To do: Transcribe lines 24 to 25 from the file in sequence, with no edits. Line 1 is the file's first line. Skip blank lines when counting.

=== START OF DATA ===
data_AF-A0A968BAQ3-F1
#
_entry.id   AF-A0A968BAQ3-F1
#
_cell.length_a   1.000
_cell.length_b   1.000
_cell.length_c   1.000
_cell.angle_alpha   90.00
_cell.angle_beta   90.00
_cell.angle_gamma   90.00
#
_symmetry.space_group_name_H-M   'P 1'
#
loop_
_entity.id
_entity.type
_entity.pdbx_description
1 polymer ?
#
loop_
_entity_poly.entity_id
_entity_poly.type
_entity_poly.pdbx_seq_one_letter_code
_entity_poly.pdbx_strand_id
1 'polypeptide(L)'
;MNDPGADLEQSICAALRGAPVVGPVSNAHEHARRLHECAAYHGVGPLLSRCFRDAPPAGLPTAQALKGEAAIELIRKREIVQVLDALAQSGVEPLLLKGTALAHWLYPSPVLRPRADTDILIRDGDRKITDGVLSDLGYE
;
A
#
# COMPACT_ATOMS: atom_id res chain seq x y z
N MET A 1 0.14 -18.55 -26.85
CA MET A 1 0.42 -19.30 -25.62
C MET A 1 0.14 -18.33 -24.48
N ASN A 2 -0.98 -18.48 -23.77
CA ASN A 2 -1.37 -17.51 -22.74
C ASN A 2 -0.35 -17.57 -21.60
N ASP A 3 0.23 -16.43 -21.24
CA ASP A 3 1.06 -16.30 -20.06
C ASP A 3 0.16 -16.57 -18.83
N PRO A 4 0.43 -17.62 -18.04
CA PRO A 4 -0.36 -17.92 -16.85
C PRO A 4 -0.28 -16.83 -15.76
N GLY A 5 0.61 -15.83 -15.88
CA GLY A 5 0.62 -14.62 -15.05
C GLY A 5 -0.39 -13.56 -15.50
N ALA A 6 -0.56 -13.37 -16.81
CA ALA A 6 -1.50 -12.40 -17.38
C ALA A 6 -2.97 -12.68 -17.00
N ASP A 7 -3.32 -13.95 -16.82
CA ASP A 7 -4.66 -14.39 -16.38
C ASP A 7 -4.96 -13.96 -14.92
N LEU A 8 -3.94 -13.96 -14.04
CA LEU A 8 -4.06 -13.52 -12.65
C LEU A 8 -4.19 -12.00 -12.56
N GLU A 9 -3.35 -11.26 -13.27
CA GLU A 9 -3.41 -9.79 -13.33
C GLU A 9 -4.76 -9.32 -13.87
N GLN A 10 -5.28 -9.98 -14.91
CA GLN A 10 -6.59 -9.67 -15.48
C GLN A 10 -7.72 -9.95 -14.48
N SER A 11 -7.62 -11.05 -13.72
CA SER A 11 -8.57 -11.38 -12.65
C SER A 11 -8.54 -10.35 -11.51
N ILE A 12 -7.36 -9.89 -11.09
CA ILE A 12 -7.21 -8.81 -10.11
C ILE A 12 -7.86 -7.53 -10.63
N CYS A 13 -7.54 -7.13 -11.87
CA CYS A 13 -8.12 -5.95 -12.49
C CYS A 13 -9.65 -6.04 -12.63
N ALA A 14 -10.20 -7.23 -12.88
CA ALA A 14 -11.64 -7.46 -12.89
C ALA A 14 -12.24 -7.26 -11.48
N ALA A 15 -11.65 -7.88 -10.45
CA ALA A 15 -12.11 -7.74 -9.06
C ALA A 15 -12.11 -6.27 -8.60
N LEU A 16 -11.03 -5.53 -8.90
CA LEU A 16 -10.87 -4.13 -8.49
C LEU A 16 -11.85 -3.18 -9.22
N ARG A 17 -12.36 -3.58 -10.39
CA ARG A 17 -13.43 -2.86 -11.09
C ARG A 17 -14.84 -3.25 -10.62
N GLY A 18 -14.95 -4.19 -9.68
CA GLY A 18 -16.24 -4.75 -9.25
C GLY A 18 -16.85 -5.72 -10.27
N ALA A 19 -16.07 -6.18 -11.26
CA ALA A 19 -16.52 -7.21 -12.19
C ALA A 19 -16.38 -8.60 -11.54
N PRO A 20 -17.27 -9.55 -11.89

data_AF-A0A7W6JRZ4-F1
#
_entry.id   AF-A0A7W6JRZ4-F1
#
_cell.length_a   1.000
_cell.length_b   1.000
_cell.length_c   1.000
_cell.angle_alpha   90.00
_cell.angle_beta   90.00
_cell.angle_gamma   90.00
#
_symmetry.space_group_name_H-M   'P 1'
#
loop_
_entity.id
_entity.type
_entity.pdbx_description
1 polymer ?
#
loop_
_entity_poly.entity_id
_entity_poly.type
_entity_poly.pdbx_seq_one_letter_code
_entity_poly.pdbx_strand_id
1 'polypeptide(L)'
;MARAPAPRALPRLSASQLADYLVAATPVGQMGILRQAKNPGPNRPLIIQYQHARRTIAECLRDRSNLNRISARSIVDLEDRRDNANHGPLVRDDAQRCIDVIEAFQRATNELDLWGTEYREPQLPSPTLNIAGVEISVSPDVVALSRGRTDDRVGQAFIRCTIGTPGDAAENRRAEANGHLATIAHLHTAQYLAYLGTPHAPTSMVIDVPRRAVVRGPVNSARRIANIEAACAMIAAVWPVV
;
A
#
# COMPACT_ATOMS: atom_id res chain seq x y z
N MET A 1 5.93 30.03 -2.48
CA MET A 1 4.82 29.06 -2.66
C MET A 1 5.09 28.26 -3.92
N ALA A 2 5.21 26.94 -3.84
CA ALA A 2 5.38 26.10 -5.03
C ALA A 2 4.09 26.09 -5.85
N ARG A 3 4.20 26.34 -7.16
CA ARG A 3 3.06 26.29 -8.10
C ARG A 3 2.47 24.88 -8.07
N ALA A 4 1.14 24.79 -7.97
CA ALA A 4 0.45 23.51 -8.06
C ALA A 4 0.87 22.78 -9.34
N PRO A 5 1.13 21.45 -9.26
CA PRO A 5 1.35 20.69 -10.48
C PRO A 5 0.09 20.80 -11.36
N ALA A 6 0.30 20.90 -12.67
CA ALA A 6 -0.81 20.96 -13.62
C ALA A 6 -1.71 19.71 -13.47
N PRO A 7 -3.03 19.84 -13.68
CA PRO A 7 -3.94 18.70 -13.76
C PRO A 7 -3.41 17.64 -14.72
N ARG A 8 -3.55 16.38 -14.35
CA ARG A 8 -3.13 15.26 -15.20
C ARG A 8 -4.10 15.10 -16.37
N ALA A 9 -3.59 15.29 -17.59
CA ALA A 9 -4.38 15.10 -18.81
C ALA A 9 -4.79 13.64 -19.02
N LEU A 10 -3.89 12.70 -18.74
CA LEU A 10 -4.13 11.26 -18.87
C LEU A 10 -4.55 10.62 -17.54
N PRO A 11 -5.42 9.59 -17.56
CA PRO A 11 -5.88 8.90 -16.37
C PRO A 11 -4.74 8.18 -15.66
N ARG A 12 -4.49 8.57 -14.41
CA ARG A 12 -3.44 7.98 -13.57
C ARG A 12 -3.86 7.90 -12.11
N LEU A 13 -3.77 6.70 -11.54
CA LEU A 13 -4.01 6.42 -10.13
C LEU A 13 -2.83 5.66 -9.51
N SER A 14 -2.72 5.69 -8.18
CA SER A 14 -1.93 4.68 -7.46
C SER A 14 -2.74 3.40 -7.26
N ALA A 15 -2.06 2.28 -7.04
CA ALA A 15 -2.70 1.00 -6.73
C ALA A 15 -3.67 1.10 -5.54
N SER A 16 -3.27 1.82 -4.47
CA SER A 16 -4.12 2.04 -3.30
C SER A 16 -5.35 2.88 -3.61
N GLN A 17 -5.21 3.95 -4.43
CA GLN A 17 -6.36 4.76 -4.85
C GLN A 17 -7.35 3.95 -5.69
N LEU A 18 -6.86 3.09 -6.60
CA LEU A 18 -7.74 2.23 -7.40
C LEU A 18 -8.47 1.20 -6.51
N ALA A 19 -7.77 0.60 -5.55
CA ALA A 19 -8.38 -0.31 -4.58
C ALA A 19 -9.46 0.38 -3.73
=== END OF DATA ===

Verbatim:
_entity_poly.pdbx_strand_id
1 'polypeptide(L)'